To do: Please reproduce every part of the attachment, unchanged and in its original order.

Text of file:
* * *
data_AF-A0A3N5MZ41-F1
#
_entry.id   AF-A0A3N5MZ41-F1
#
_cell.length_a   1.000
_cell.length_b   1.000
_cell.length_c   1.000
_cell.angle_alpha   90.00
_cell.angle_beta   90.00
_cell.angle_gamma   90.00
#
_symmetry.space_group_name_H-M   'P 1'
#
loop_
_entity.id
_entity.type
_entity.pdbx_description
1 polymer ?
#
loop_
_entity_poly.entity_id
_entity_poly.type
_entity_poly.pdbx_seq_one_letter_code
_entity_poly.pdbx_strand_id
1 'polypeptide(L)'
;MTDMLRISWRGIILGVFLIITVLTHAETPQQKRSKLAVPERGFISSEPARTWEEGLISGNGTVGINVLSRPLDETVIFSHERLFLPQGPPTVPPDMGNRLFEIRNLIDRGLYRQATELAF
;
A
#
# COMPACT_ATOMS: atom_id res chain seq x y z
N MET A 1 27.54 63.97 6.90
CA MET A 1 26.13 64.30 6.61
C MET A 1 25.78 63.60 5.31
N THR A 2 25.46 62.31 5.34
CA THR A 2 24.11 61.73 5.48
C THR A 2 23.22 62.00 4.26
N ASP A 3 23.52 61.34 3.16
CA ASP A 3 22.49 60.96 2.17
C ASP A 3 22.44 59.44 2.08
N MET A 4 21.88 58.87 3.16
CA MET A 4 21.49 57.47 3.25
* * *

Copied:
data_AF-A0A3N5MZ41-F1
#
_entry.id   AF-A0A3N5MZ41-F1
#
_cell.length_a   1.000
_cell.length_b   1.000
_cell.length_c   1.000
_cell.angle_alpha   90.00
_cell.angle_beta   90.00
_cell.angle_gamma   90.00
#
_symmetry.space_group_name_H-M   'P 1'
#
loop_
_entity.id
_entity.type
_entity.pdbx_description
1 polymer ?
#
loop_
_entity_poly.entity_id
_entity_poly.type
_entity_poly.pdbx_seq_one_letter_code
_entity_poly.pdbx_strand_id
1 'polypeptide(L)'
;MTDMLRISWRGIILGVFLIITVLTHAETPQQKRSKLAVPERGFISSEPARTWEEGLISGNGTVGINVLSRPLDETVIFSHERLFLPQGPPTVPPDMGNRLFEIRNLIDRGLYRQATELAF
;
A
#
# COMPACT_ATOMS: atom_id res chain seq x y z
N MET A 1 27.54 63.97 6.90
CA MET A 1 26.13 64.30 6.61
C MET A 1 25.78 63.60 5.31
N THR A 2 25.46 62.31 5.34
CA THR A 2 24.11 61.73 5.48
C THR A 2 23.22 62.00 4.26
N ASP A 3 23.52 61.34 3.16
CA ASP A 3 22.49 60.96 2.17
C ASP A 3 22.44 59.44 2.08
N MET A 4 21.88 58.87 3.16
CA MET A 4 21.49 57.47 3.25